The hangers 26 are mounted to the clamp bodies 18 preferably at a steel pivot bracket 74. The pivot bracket 74 forms a clevis 76 disposed between two flanges 78 having openings 80 receiving screws for threading the pivot bracket 74 to the outer part 36. A clevis pin 82 joins the hangers 26 to the clevis 76 through openings 84 in the clevis 76 and openings 86 through the ends of the hangers 26. The clevis pin 82 is prevented from sliding through the clevis 76 by an enlarged head 86 and a cotter pin 88 disposed through a transverse opening 90 at the end of the clevis pin 78 opposite the head 86. The oblong opening formed by the joined recesses 48 and 56 of each of the inner 34 and outer 36 parts, respectively, provides space for each hanger 26 to pivot with respect to the clamp body 18 through approximately 45 degrees. This allows the hangers 26 of the lighting fixture 10 to be mounted directly to an angled surface, such as a sloped ceiling, or mounted to a smaller support canopy (not shown) above the fixture. In the latter case, the hangers 26 angle inwardly to connect to the support canopy, which is mounted to the sloped surface by one or more additional hangers. This can also provide resistence to the shock of impact.
When the lighting fixture 10 is hanging from the sloped surface, the oblong openings at the top of the clamp bodies 18 are obstructed by the hangers 26, which extend obliquely therethrough so that extraneous objects cannot enter the clamp bodies 18. In particular, the openings in the clamp bodies 18 are sufficiently small to meet the certification standards of Underwriters Laboratories, Inc.
The pivotal connection is not necessarily needed when the lighting fixture 10 is mounted horizontally. Thus, the pivot bracket 74 could be replaced with a suitable fixed connection and recess 48 could be semi-circular rather than oblong so that the cavity 38 of each clamp body 18 is completely enclosed.
The support arms 24 preferably bend slightly upwardly from the clamp bodies 18 to support the lamps 22 at free ends 92. The support arms 24 are preferably ½ inch OD steel tubing. Each lamp 22 includes a shade 94 mounted to a U-bracket 96 having upright ends 98 with semi-circular recesses (not shown) at side edges to cradle inner portions of the support arms 24. The free ends 92 of the support arms 24 are welded to the U-bracket 96. To conceal the U-bracket 96, two floating washers 100 are disposed at its top and bottom sides with the support arms 24 extending therebetween.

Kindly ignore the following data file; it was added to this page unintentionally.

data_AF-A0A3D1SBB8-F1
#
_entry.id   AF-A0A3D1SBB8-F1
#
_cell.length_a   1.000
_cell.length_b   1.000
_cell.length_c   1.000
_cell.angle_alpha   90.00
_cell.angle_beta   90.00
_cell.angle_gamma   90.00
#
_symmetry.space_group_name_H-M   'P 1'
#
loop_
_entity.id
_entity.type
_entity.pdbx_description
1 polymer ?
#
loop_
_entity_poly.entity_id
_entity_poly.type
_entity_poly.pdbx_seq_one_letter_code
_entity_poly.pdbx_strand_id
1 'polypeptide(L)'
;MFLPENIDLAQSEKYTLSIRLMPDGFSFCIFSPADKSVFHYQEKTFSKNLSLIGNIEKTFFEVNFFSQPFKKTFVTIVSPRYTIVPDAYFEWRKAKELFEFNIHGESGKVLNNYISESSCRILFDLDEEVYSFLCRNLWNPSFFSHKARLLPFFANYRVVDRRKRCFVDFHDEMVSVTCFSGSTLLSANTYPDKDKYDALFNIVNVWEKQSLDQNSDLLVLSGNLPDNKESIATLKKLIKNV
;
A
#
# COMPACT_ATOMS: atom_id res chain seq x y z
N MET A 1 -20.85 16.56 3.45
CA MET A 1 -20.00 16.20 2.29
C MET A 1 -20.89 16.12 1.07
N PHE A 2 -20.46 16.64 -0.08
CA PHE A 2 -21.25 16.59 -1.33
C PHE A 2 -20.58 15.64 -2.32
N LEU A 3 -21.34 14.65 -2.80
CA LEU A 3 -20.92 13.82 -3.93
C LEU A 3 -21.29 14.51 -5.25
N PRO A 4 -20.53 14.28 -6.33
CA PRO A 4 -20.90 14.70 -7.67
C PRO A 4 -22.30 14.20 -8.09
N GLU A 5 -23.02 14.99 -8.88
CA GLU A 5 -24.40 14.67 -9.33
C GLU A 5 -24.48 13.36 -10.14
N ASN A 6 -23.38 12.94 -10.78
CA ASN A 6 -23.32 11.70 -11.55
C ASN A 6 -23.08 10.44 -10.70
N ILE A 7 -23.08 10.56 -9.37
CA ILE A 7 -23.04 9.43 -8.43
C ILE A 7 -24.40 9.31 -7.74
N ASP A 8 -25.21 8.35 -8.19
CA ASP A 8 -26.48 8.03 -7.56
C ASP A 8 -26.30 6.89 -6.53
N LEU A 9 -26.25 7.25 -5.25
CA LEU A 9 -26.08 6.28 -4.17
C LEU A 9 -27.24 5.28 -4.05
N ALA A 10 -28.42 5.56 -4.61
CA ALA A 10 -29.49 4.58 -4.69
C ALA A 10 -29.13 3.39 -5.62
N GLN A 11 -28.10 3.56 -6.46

A mounting plate 101 disposed in the base of the shade 94 supports a light socket 102 for receiving a standard wattage light bulb 104. Preferably, metal halide bulbs are used ranging from 35-150 watts, however, incandescent and flourescent bulbs may be used as well. Moreover, sockets capable of larger wattage, such as 175-400 watts, can also be used. In any case, the socket 102, shade 94, and washers 100 are mounted to the U-bracket 96 (and thus the support arms 24) by three threaded fasteners (not shown) extending up from below the U-bracket 96 through corresponding openings in these components. The fasteners are threaded into thumb screws accessible from above the shade 94. A decorative fitter or accent piece 106 is secured below the U-bracket 96 by three additional fasteners (not shown) extending down through openings in the shade 94, washers 100, U-bracket 96 and engaging threaded bores in the accent piece 106. The accent piece 106 defines an upwardly opening cavity 108 which can be used to accommodate larger (high-wattage) sockets than shown in the drawings.
The light sockets 102 are electrically connected to a power source in parallel with the other light sockets of the other lamps 22 in the fixture 10 by insulated conductors running through the tubing of the lighting fixture 10. Specifically, two insulated wires 110 run through each hanger 26 and out the bottom end opening 112 inside the clamp bodies 18. The two conductors run inside the clamp body 18 and are connected by solder or wire-nuts to conductors 114 extending through the end openings 116 of the support arms 24. The conductors exit the support arms 24 at openings 118 at the free ends 92 and couple to terminals (not shown) of the light socket 102 through openings 120 and 122 in the mounting plate 101 and the base of the shade 94, respectively. This is the preferred method when using metal halide bulbs in which the sockets have ballasts remote from the lamps.
When using sockets for incandescent bulbs (requiring no ballast) or fluorescent bulbs (having an integral ballast), the lamps 22 can be powered in a parallel electrical connection by a single pair of leads running through only one hanger 26. The lamps 22 are coupled together by jumper leads running through each spacer tube 28. In this case, only one of the hangers 26 need be tubular, such that the other could be solid rods, chains, wires or cables.
FIGS. 10-12 show variations to the above described embodiment of the invention. In particular, FIG. 10 illustrates that one or more of the clamp bodies could be modified to include cylindrical openings 62A (shown in phantom) in the inner part 34 so that additional support arms 24A can be connected to the clamp bodies 18A in a similar manner for mounting two lamps 22 and 22A extending in opposite directions at each clamp body 18A. Preferably, each lamp would be coupled to power by separate wires running through the hanger 26, however, both lamps 22 and 22A could be connected with a single wire.